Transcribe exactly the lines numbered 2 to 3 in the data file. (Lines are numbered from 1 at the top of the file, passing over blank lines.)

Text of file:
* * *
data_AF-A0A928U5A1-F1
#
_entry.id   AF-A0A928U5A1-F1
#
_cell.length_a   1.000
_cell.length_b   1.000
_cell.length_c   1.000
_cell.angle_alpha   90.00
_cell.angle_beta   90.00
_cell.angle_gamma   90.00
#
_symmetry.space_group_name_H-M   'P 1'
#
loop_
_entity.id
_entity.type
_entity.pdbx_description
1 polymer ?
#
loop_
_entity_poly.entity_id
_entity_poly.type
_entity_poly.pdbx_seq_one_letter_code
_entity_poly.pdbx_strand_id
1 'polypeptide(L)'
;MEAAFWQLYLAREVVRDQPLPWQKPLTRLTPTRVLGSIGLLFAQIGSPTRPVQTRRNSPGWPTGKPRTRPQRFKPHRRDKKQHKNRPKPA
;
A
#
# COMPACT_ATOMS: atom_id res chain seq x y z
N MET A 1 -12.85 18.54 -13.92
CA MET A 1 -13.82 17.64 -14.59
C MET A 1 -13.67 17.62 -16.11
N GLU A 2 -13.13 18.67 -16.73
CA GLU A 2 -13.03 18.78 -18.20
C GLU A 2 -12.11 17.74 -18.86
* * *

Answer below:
#
_entry.id   AF-A0A928U5A1-F1